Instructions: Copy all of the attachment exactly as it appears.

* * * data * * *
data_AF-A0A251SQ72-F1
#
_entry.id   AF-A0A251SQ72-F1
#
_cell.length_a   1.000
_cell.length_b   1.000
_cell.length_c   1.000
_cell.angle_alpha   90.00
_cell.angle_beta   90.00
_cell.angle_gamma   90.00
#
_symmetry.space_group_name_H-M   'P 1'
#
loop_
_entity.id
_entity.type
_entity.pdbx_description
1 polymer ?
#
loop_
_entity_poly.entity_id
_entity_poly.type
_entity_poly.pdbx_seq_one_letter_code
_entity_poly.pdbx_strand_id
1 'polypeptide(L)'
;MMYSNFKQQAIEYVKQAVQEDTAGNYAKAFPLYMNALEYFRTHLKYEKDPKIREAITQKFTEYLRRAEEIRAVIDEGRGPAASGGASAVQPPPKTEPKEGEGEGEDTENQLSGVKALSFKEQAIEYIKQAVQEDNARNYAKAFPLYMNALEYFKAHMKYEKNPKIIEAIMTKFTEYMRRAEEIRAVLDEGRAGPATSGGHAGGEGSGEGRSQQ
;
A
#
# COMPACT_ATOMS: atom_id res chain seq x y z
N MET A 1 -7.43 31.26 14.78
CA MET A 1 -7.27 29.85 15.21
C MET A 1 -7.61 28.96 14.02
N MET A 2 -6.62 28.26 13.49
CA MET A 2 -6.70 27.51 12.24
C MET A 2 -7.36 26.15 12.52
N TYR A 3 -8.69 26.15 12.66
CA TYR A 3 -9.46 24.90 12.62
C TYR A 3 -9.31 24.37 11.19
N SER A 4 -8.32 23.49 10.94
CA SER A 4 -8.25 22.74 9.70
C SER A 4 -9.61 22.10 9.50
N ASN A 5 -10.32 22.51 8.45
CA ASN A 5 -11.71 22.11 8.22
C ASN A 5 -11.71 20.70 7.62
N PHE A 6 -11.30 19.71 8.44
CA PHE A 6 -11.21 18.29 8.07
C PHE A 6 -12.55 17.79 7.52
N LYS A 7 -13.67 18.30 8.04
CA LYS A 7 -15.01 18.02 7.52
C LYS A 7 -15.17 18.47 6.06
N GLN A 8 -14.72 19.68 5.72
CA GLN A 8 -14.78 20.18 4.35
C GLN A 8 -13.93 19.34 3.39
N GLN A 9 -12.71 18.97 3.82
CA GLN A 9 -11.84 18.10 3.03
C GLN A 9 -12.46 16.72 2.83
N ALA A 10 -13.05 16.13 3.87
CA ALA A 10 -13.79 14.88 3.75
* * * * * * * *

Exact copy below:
data_AF-A0A251SQ72-F1
#
_entry.id   AF-A0A251SQ72-F1
#
_cell.length_a   1.000
_cell.length_b   1.000
_cell.length_c   1.000
_cell.angle_alpha   90.00
_cell.angle_beta   90.00
_cell.angle_gamma   90.00
#
_symmetry.space_group_name_H-M   'P 1'
#
loop_
_entity.id
_entity.type
_entity.pdbx_description
1 polymer ?
#
loop_
_entity_poly.entity_id
_entity_poly.type
_entity_poly.pdbx_seq_one_letter_code
_entity_poly.pdbx_strand_id
1 'polypeptide(L)'
;MMYSNFKQQAIEYVKQAVQEDTAGNYAKAFPLYMNALEYFRTHLKYEKDPKIREAITQKFTEYLRRAEEIRAVIDEGRGPAASGGASAVQPPPKTEPKEGEGEGEDTENQLSGVKALSFKEQAIEYIKQAVQEDNARNYAKAFPLYMNALEYFKAHMKYEKNPKIIEAIMTKFTEYMRRAEEIRAVLDEGRAGPATSGGHAGGEGSGEGRSQQ
;
A
#
# COMPACT_ATOMS: atom_id res chain seq x y z
N MET A 1 -7.43 31.26 14.78
CA MET A 1 -7.27 29.85 15.21
C MET A 1 -7.61 28.96 14.02
N MET A 2 -6.62 28.26 13.49
CA MET A 2 -6.70 27.51 12.24
C MET A 2 -7.36 26.15 12.52
N TYR A 3 -8.69 26.15 12.66
CA TYR A 3 -9.46 24.90 12.62
C TYR A 3 -9.31 24.37 11.19
N SER A 4 -8.32 23.49 10.94
CA SER A 4 -8.25 22.74 9.70
C SER A 4 -9.61 22.10 9.50
N ASN A 5 -10.32 22.51 8.45
CA ASN A 5 -11.71 22.11 8.22
C ASN A 5 -11.71 20.70 7.62
N PHE A 6 -11.30 19.71 8.44
CA PHE A 6 -11.21 18.29 8.07
C PHE A 6 -12.55 17.79 7.52
N LYS A 7 -13.67 18.30 8.04
CA LYS A 7 -15.01 18.02 7.52
C LYS A 7 -15.17 18.47 6.06
N GLN A 8 -14.72 19.68 5.72
CA GLN A 8 -14.78 20.18 4.35
C GLN A 8 -13.93 19.34 3.39
N GLN A 9 -12.71 18.97 3.82
CA GLN A 9 -11.84 18.10 3.03
C GLN A 9 -12.46 16.72 2.83
N ALA A 10 -13.05 16.13 3.87
CA ALA A 10 -13.79 14.88 3.75